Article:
Compass developed Ritazza, its international café brand, to branch out into the growing market for espresso and gourmet coffee. In 1998 only a single outlet sold Ritazza coffee; by 2004 the brand was being sold in 20 countries at over 1,600 locations, including airports, universities, hospitals, and shopping malls. The StopGap brand provided European customers with American-style convenience-store products, including snacks, confectionaries, books, magazines, and even gifts and greeting cards. Sales of StopGap products spread quickly across 13 countries; the brand was sold in the education, health-care, travel, business, and industry sectors.
Bailey was instrumental in the 1994 buyout of Canteen Corporation from the U.S. company Flagstar. At the time Canteen was the largest vending company in the world, and its acquisition opened up new opportunities for the marketing and distribution of Compass brand products. Compass Group acquired other companies as well, such as Eurest International in 1995, which specialized in the delivery of meals for business and industry as well as in offshore and remote-site service, such as for the armed forces.
Bailey became chief executive of Compass Group's North America Division from 1994 to 1999, during which time the division nearly tripled its sales and profits. Bailey moved back to the United Kingdom in July 1999 when he was appointed group chief executive. As CEO he was to oversee the complicated merger and subsequent demerger of Compass with Granada, which forged the world's largest food-service company.
The hospitality and media company Granada wished to shed the hospitality side of its business, and Compass was interested in the food-service portion of that division. The merger brought about by Bailey was rather complex and at first caused some shareholder confusion, especially due to uncertainty regarding the share price. A straight sale would have come with a large tax bill, however, so a plan to merge the two companies was put into motion, creating Granada Compass. The companies then demerged, with Compass retaining the hospitality portions of Granada; the arrangement saved Compass over £1 billion in taxation.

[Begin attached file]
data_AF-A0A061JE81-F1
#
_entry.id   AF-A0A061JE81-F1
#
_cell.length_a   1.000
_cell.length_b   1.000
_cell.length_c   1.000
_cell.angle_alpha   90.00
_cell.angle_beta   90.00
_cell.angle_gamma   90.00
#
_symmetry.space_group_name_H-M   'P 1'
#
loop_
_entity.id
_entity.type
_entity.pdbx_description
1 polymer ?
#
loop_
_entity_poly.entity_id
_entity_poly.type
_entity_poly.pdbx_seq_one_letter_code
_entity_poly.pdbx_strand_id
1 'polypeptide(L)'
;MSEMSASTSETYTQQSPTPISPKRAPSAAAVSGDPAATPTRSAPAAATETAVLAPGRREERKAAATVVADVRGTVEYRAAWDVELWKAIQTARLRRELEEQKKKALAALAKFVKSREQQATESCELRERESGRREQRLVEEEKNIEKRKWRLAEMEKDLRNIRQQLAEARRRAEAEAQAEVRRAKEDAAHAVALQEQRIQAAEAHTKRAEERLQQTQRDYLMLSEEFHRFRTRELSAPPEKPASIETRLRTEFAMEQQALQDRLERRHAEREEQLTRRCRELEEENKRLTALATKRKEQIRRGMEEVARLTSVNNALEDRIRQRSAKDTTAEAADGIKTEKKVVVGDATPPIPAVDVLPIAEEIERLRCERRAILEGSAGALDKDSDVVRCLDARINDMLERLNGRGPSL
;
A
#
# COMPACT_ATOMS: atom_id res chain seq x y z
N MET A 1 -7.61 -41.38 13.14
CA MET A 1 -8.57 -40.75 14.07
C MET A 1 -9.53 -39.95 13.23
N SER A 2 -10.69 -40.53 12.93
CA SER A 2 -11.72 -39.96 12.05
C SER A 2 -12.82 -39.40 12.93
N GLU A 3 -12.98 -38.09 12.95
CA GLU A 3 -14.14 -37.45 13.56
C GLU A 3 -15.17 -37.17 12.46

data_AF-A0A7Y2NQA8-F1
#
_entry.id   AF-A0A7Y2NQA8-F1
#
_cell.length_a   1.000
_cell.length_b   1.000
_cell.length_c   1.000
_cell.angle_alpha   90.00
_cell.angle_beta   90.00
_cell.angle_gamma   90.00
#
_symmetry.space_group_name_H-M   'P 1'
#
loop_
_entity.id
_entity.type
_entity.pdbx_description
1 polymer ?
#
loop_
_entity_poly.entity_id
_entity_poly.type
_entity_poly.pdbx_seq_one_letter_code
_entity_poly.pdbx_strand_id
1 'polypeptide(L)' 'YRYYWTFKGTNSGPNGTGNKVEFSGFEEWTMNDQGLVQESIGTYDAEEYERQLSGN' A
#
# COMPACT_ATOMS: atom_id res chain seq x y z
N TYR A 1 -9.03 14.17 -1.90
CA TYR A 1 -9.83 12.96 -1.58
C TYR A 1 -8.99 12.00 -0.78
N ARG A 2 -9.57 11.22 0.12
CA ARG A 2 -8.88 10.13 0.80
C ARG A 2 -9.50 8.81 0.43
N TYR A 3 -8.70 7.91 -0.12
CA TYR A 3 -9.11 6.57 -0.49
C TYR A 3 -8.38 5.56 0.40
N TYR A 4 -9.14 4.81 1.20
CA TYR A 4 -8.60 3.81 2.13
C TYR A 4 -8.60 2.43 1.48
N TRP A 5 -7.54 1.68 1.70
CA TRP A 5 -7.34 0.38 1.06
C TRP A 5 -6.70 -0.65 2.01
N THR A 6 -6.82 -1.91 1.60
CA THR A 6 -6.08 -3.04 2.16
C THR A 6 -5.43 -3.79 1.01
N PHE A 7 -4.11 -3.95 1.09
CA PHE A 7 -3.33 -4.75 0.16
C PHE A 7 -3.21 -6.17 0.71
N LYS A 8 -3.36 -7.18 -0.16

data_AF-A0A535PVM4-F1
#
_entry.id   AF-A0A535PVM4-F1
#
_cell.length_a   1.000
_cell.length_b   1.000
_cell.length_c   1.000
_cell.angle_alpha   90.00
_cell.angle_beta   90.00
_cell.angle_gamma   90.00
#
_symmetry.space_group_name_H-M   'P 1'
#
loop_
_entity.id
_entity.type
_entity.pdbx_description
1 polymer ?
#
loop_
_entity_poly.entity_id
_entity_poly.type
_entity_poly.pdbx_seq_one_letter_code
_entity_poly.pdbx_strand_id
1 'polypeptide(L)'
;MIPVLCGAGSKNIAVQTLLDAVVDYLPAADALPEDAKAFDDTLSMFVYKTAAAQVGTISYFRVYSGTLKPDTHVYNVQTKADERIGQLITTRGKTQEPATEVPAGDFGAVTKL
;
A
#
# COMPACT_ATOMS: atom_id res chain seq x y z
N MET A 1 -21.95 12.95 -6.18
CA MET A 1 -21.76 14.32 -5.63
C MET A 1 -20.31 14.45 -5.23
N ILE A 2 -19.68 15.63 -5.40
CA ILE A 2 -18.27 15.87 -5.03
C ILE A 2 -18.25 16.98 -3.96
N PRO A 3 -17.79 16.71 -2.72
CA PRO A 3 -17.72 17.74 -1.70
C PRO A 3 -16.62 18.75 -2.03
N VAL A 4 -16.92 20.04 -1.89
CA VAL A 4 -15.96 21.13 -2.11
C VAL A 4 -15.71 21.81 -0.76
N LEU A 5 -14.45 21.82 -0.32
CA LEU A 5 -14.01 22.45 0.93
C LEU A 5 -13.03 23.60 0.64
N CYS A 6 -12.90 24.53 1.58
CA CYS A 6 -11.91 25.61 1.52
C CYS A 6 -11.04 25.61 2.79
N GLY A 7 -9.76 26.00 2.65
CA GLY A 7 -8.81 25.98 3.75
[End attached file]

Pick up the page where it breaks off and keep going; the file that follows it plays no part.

As Bailey told FoodChain Magazine , "What we were left with were the existing Compass businesses plus Granada's very successful Sutcliffe Catering business and motorway and roadside food-service outlets—and a hotel portfolio valued by the market at approximately £3 billion" (May/June 2001). Yet many shareholders were unhappy with the merger, seeing Compass's entry into the hotel industry as a potential liability; in response those assets were later sold for over £1.4 billion.
Bailey saw growth and globalization as the keys to the contract food business. In an interview with the Wall Street Transcript Bailey noted that clients were looking for a single point of contact—a company that could provide all of their foodservice needs in all of their locations without any hassle and could deal with any problems or issues that might arise. Through continued expansion and increased diversity within the framework of contract food, Bailey deemed Compass able to deliver such service.
Greater size gave Compass the ability to leverage purchasing and the flexibility clients demanded—as well as savings in terms of economies of scale. Bailey noted that the contract food market was vast, with plenty of room for further growth. As new manufacturing concerns were born in developing countries, the demand for employee meals grew. Bailey felt Compass to be ideally positioned as an established, reliable, global outsourcing food caterer that could provide all of the services required by new customers.